Water dynamics in the digestive tract of the freshwater rainbow trout during the processing of a single meal

Carol Bucking, Chris M. Wood

Research output: Contribution to journalArticlepeer-review

71 Scopus citations


The temporal effects of feeding and digestion on chyme composition, specifically water and solid content, and net fluxes across the gastrointestinal tract, as well as plasma parameters, were examined in freshwater rainbow trout. A single meal of commercial dry pellets, incorporating ballotini beads as inert reference markers, was employed. Plasma Na+ levels increased by 15-20% at 2 h post-feeding, where Cl- levels did not change. Plasma osmolality was well regulated despite an initial chyme osmolality (775 mOsm) 2.8-fold higher than that in the blood plasma. Chyme osmolality throughout the gastrointestinal tract remained significantly higher than plasma osmolality for the duration of the 72 h period. Solid material was absorbed along the entire intestinal tract, although not in the stomach, necessitating the incorporation of an inert marker. A similar temporal pattern of transit between the ballotini beads (solid phase marker) and 3[H]-PEG 4000 (fluid phase marker), provided support for the use of ballotini beads. Large additions of water to the chyme were seen in the stomach, the largest occurring within 2 h following feeding (7.1±1.4 ml kg-1), and amounted to ∼16 ml kg -1 over the first 12 h. As the chyme entered the anterior intestine, a further large water secretion (3.5±0.5 ml kg-1) was seen. Thereafter the water fluxes into the chyme of the anterior intestine decreased steadily over time, but remained positive, whereas the mid-intestine exhibited net absorption of water at all time points, and the posterior intestine demonstrated little water handling at any time. The endogenous water that was secreted into the anterior intestine was absorbed along the tract, which showed a net water flux close to zero. However, assuming that the water secreted into the stomach was endogenous in nature, the processing of a single meal resulted in net loss of endogenous water (0.24 ml kg-1 h-1) to the environment, a beneficial consequence of the osmotic challenge offered by the food for a freshwater hyperosmotic regulator.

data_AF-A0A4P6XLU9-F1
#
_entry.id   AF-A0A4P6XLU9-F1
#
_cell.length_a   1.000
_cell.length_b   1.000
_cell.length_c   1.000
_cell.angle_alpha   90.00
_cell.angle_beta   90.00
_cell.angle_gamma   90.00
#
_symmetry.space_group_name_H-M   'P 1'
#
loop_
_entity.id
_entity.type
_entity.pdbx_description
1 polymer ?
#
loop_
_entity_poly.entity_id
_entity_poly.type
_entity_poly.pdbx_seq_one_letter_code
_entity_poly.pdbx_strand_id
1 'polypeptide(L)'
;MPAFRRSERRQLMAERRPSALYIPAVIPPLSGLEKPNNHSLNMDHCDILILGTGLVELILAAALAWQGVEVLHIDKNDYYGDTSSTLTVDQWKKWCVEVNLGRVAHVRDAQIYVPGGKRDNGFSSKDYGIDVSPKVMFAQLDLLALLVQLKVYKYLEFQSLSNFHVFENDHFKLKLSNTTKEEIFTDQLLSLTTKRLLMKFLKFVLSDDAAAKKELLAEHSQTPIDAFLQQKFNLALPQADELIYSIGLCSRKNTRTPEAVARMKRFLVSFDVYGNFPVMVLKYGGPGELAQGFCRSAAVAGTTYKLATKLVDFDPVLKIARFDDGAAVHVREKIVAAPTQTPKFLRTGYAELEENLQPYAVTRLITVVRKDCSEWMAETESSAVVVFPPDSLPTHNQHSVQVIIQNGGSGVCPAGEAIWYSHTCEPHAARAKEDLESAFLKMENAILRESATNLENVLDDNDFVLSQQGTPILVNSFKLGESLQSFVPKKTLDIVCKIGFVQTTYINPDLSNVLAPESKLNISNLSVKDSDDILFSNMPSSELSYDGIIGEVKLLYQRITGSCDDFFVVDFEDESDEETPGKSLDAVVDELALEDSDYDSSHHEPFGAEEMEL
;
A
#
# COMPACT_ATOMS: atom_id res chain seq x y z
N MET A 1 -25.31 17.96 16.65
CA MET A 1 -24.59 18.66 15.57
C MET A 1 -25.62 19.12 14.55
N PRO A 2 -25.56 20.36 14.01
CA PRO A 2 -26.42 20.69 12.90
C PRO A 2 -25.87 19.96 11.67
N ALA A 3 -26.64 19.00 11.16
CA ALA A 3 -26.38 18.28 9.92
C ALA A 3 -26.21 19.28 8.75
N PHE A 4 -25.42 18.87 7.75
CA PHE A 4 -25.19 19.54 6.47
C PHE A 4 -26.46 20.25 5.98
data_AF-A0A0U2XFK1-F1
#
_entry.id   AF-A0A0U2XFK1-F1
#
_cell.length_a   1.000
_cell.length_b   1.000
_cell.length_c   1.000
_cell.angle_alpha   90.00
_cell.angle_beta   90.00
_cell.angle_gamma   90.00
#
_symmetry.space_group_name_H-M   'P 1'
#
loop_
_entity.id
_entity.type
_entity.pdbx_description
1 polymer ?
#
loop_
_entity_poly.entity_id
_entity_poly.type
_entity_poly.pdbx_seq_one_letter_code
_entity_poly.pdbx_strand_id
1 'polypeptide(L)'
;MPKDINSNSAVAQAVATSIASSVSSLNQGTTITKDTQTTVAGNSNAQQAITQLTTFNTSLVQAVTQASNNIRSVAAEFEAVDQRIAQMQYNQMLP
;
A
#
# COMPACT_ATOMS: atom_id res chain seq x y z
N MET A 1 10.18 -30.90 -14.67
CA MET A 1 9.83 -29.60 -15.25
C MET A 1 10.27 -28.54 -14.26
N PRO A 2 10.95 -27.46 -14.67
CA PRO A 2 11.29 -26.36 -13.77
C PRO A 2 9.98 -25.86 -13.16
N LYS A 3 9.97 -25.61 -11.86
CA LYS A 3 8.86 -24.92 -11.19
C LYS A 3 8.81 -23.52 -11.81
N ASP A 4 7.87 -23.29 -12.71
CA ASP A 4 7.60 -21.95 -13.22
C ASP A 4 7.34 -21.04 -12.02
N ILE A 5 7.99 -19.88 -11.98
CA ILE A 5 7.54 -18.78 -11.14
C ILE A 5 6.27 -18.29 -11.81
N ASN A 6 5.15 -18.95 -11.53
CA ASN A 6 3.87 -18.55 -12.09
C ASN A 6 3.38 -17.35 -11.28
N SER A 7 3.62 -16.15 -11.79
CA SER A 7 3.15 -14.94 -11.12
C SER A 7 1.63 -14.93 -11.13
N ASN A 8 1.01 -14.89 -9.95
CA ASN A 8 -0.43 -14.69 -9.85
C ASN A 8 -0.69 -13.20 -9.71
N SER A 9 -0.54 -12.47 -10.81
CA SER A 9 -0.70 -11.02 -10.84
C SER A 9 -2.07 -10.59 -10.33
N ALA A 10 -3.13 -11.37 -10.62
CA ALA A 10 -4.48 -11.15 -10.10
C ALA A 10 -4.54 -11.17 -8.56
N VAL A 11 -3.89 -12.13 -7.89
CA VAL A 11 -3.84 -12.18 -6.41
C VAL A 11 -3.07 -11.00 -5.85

Original languageEnglish (US)
Pages (from-to)1883-1893
Number of pages11
JournalJournal of Experimental Biology
Issue number10
StatePublished - May 2006
Externally publishedYes


  • [H]-PEG 4000
  • Ballotini bead
  • Chyme, gastrointestinal tract
  • Inert marker
  • Oncorhynchus mykiss
  • Osmolality
  • Rainbow trout

ASJC Scopus subject areas

  • Agricultural and Biological Sciences(all)
  • Agricultural and Biological Sciences (miscellaneous)


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